Free-buzzing (buzzing without the mouthpiece) Poll Bookmark and Share

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Free-buzzing

Yes
29
44%
No
36
55%
You should be drawn and quartered for the mere mention of that that shall not be named
1
2%
 
Total votes : 66

Free-buzzing (buzzing without the mouthpiece) Poll

Postby cktuba » Thu Feb 14, 2019 8:54 am

So... free-buzzing... Thoughts?
Last edited by cktuba on Thu Feb 14, 2019 10:20 am, edited 1 time in total.
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Re: Free-buzzing Poll

Postby Mark Finley » Thu Feb 14, 2019 8:59 am

I can free buzz, but I never really thought of it as being that helpful until I was talking to a good friend of mine who happens to be principal trombone of the Dallas Symphony and he says he practices free buzzing every day. If it's good enough for him it's good enough for me
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Re: Free-buzzing Poll

Postby swillafew » Thu Feb 14, 2019 10:01 am

https://www.alfred.com/the-art-of-trombone-playing/p/00-0058/

Chapter 4: Mouthpiece Practicing

If Ed thought it was worth an entire chapter, that might get you started. Look at the examples of what he expected the student to play on the mouthpiece.
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Re: Free-buzzing Poll

Postby bloke » Thu Feb 14, 2019 10:05 am

I've pointed out before, here, that its a different thing - face-wise - from playing an instrument, and have also discovered that pointing this out "triggers" few players. It's certainly (not to me, anyway) worth discussion (argument?), particularly as I'm not a teacher - and am not responsible for the progress/advancement of other individuals.

I would say, then (which is redundant, as all people do this anyway), "Do as you wish."
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Re: Free-buzzing Poll

Postby Mark Finley » Thu Feb 14, 2019 10:06 am

Free buzzing is not the same thing as mouthpiece buzzing
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Re: Free-buzzing (buzzing without the mouthpiece) Poll

Postby adsteve » Thu Feb 14, 2019 10:31 am

Free-buzzing and tuba playing are two completely different things. Free-buzzing requires far more muscle recruitment since you are lacking any sort of resistance provided by a tuba;mouthpiece and as such, the mechanics are different. To me it is just overtraining that can lead to poor mechanics when you actually pick up the horn.
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Re: Free-buzzing (buzzing without the mouthpiece) Poll

Postby happyroman » Tue Feb 19, 2019 11:09 am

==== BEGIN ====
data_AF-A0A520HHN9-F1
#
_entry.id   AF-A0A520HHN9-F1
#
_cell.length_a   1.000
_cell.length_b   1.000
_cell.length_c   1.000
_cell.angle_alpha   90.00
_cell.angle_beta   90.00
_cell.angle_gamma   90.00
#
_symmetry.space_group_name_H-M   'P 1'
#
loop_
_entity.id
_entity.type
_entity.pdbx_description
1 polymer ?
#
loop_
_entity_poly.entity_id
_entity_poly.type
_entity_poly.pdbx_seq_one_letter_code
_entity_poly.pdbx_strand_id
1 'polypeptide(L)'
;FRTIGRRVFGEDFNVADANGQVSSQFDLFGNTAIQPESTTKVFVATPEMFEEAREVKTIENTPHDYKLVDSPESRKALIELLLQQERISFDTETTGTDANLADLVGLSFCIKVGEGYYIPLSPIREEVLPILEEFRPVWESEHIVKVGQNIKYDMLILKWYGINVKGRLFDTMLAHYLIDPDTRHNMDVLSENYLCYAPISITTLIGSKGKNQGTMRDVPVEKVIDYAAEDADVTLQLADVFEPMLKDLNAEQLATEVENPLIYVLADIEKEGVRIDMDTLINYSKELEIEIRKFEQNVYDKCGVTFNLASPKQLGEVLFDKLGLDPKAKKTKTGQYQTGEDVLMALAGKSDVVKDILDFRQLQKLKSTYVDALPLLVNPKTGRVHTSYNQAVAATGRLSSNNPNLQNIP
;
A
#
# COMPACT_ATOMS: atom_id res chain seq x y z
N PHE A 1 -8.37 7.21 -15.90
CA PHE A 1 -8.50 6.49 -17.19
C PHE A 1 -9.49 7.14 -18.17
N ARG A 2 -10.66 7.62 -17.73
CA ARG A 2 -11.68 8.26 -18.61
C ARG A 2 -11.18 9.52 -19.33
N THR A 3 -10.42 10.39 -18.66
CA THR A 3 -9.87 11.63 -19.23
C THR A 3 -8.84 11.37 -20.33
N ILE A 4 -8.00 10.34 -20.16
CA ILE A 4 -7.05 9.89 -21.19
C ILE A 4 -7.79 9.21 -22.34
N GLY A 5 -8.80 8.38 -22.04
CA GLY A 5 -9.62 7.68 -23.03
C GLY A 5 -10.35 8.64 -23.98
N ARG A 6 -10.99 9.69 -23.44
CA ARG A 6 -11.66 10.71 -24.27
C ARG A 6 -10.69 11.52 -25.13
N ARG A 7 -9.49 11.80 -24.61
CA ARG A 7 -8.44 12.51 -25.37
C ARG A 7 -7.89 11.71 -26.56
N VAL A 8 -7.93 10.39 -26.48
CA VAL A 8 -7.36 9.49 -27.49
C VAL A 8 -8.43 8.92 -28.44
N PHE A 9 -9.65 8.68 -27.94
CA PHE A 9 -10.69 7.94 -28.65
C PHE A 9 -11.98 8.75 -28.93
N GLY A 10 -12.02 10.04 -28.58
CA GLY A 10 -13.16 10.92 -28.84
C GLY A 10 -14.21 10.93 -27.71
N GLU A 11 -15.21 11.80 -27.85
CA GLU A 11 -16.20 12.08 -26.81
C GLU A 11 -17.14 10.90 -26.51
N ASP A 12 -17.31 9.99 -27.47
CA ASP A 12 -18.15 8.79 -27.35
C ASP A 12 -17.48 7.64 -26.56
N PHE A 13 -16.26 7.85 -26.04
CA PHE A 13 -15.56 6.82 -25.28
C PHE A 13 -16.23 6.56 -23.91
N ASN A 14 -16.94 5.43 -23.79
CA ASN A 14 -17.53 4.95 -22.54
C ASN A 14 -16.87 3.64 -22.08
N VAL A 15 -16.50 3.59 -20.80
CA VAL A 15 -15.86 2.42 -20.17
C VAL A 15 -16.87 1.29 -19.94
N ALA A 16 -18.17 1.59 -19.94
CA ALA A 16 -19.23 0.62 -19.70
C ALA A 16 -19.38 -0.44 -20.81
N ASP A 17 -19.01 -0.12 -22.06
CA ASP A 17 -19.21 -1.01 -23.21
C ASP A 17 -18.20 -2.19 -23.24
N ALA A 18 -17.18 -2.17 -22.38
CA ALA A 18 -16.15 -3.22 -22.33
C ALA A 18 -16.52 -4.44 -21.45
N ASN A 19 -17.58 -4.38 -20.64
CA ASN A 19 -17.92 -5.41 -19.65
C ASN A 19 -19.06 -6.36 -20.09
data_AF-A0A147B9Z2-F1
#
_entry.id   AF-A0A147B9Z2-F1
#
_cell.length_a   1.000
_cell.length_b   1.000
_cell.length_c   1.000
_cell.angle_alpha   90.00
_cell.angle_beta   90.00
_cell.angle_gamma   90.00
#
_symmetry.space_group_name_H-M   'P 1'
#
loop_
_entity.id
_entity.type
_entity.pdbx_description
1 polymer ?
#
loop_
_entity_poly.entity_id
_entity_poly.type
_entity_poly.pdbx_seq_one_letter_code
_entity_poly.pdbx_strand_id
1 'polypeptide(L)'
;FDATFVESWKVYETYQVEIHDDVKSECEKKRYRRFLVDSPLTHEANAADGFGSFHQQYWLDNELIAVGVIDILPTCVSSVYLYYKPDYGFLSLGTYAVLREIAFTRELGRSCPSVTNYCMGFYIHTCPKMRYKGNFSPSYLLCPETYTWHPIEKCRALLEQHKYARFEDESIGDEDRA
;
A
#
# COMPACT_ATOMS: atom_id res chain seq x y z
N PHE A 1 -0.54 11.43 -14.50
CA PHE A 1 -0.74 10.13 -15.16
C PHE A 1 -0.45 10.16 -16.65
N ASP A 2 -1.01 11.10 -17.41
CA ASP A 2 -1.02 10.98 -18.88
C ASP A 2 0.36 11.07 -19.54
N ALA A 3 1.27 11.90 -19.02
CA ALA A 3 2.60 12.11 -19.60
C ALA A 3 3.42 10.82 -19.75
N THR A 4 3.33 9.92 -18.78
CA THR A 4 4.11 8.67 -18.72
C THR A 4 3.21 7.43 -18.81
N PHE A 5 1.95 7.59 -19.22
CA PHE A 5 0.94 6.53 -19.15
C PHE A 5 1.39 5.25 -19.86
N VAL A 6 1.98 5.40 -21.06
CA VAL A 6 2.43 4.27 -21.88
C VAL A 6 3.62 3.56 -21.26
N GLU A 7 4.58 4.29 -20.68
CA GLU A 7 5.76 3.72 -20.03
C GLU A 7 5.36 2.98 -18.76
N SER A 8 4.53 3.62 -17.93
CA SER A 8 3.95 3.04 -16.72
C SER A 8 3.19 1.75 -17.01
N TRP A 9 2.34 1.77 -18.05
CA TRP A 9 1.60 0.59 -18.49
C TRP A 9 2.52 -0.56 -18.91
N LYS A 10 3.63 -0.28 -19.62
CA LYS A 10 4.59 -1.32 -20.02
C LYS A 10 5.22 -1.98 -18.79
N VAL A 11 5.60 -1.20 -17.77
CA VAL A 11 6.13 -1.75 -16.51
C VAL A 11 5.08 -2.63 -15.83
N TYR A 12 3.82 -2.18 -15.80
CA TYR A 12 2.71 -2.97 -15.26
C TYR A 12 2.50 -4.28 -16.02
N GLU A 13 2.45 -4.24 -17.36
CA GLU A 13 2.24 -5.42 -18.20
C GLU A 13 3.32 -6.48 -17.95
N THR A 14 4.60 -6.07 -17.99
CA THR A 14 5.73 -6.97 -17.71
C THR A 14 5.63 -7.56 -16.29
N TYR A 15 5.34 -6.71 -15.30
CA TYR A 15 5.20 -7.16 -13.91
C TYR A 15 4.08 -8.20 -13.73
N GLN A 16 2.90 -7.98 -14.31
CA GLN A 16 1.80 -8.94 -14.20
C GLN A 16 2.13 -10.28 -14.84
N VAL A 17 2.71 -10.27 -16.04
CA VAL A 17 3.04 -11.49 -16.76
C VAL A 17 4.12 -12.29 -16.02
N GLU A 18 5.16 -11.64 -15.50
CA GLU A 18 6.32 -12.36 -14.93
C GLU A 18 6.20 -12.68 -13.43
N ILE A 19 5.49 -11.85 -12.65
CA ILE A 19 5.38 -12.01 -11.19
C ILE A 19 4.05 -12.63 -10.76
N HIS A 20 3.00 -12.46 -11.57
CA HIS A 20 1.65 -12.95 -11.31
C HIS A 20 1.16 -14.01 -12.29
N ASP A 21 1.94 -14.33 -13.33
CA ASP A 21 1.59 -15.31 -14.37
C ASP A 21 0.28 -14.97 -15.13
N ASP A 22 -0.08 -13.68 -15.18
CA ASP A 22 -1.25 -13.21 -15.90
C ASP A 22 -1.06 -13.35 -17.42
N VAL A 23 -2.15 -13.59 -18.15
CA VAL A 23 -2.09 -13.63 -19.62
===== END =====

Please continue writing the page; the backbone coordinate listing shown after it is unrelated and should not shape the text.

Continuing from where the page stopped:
Arnold Jacobs was a devoted advocate of mouthpiece practice, but warned his students to avoid free buzzing. He always said that there are basically two types of fibers in lip muscles of the embouchure. The large muscles that run more or less horizontally across the upper and lower lip form the obicularis oris. These muscles are large and quite powerful compared to the smaller muscles that run more or less perpendicular to the obicularis oris, forming what he called a basket weave pattern. These smaller muscles are responsible for the shaping of the lips through retraction, protraction, elevation and depression. In order for them to function properly, Jacobs said that they needed to be isolated inside the cup of the mouthpiece through the slight pressure of the rim against the lips.

If there is no mouthpiece, then these muscles are not properly isolated, and will not respond in the same manner as when we play with a mouthpiece or a rim. The result can be that the large muscles of the obicularis oris can become over developed, interfering with the function of these smaller muscles. This is a problem since they smaller muscles are responsible for the shape changes necessary to allow the lips to vibrate at different frequencies.

Now, there are some Jacobs students that advocate free buzzing, including Gail Williams and Pat Sheridan. But they seem to have indicated that just because it worked for them does not mean it is beneficial for everyone. When Sheridan told Mr. Jacobs that he did some free buzzing, Jacobs asked him why and how much. Sheridan said he only did it for a few minutes a day, and specifically to work on isolating and firming up his corners, which was something Jacobs had suggested he needed to work on. Sheridan said he did a little every day, focusing on firm corners, and them went on with his normal practice routine. Jacobs seemed satisfied with his answer and allowed him to continue since he was deriving a benefit and it was not harming his playing in any other areas.

So, in small doses, with a specific objective in mind, it does not appear to be harmful, and could have some benefit. But buzzing on a mouthpiece or a rim is probably a better practice method for most players.

Below are interviews with Pat Sheridan and Gail Williams discussing their studies with Mr. Jacobs.

https://www.youtube.com/watch?v=JFt5hRz1zL4

https://www.youtube.com/watch?v=7Bqz8Upjyvg
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Re: Free-buzzing (buzzing without the mouthpiece) Poll

Postby timothy42b » Wed Feb 20, 2019 10:10 am

happyroman wrote:Arnold Jacobs was a devoted advocate of mouthpiece practice, but warned his students to avoid free buzzing. He always said that there are basically two types of fibers in lip muscles of the embouchure. The large muscles that run more or less horizontally across the upper and lower lip form the obicularis oris. These muscles are large and quite powerful compared to the smaller muscles that run more or less perpendicular to the obicularis oris, forming what he called a basket weave pattern. These smaller muscles are responsible for the shaping of the lips through retraction, protraction, elevation and depression. In order for them to function properly, Jacobs said that they needed to be isolated inside the cup of the mouthpiece through the slight pressure of the rim against the lips.



Thanks for sharing those interviews. I have them marked in my "watch later" list. We hear so much about what Jacob taught third or fortieth hand, I'm eager to hear a more direct conversation with an accomplished student. Pat Sheridan is by far the most impressive tubist I've heard in person.